The Conference on Disarmament [fr]
The Conference on Disarmament is a unique multilateral negotiating forum in the field of disarmament. Its initial mandate is the negotiation of multilateral disarmament treaties. It is composed of 65 Member States. They meet at the Palais des Nations in Geneva, traditionally in the Council Chamber, for three annual sessions of several weeks each. The work of the CD is undertaken under the aegis of a rotating presidency. Negotiations are conducted on the basis of consensus.
Created under the auspices of the League of Nations in Geneva, the first worldwide Conference on Disarmament is held in 1928 and groups 60 states together. Despite the likelihood of the signature of an agreement already mentioning a qualitative and quantitative limitation of the military arsenals, measures of transparency of the military expenses and a mechanism of inspection in case of suspicion of violations, the project fails in 1936. The withdrawal of Germany from the League of Nations leads to a suspension of the Conference activities, that never resumed.
In 1962, following the statement of the 20th of September 1961, the United States and the Sovietic Union decide to create the “Conference of the eighteen-nations committee on disarmament”, approved by the United Nations General Assembly the same year. When the committee begins its work, it gathers together 5 Eastern states, 5 Western states and 8 non-aligned states. France, judging the institution too dependent on the two superpowers and invoking its lateness regarding the nuclear field, does not wish to take part in the Committee.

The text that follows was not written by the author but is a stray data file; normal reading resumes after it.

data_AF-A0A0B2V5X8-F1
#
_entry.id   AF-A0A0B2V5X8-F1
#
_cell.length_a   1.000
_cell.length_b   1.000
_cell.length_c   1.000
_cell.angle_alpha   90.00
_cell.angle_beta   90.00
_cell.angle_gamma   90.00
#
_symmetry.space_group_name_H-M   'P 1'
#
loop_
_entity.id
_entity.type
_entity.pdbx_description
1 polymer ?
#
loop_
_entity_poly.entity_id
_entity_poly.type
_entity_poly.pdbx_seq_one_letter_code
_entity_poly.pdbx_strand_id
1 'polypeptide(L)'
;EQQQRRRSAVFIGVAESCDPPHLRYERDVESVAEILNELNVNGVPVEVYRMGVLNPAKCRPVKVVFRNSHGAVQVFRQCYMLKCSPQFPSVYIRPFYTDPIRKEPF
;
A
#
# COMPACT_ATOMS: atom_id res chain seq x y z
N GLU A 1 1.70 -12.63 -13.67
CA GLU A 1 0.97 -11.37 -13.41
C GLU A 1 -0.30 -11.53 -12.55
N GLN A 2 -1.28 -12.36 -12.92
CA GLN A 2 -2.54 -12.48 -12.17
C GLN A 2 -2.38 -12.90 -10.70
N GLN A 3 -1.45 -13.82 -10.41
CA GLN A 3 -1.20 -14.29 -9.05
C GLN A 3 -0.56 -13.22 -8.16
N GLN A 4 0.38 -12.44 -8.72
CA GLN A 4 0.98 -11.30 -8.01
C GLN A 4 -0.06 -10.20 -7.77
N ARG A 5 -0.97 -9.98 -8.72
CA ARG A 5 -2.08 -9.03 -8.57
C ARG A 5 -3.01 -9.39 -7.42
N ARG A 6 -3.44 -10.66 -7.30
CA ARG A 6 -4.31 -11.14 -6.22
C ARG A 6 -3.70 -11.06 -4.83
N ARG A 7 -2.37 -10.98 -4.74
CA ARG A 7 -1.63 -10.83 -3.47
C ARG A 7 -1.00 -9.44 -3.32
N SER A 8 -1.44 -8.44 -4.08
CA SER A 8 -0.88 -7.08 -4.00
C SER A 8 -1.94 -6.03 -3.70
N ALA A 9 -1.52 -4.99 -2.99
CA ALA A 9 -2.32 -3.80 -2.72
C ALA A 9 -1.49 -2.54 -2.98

In 1969, nine more members join the forum then called « the Conference of the Committee on Disarmament ». During the 1978 extraordinary session of the United Nations General Assembly, the forum is restructured from being the “Unique Forum of negotiation on Disarmament”, becoming in 1984 the “Conference on Disarmament”. In 1978 its membership is enlarged to states possessing nuclear weapon and to 33 other states to respect a geographic equity. In order to consider the post Cold War environment, a new enlargement has been processed in 1996. The Conference counts now 65 members.
After 1978, the Conference on Disarmament‘s work has been focused on the negotiation of the Chemical Weapons Convention (1992) and the Comprehensive Test Ban Treaty (1996). But the previous organs dedicated to disarmament also negotiated important conventions such as the Non Proliferation Treaty (1968), the Treaty on the Prohibition of the Emplacement of Nuclear Weapons and Other Weapons of Mass Destruction on the Seabed and the Ocean Floor and in the Subsoil thereof (1971) or the Biological weapons convention (1972).
Formally, the Conference on Disarmament remains independent from the United Nations, as it is neither a main body nor a subsidiary one. However, the connections with the United Nations are still numerous. The United Nations General Assembly addresses recommendations taken into account for the Conference agenda. On the other side, the Conference on Disarmament addresses each year a report to the GA and regularly communicates its documents to the UN members, in accordance with the 1978 Final Document. Finally, similarly to the UN, the Conference on Disarmament is based in Geneva and benefits from the UN Secretariat.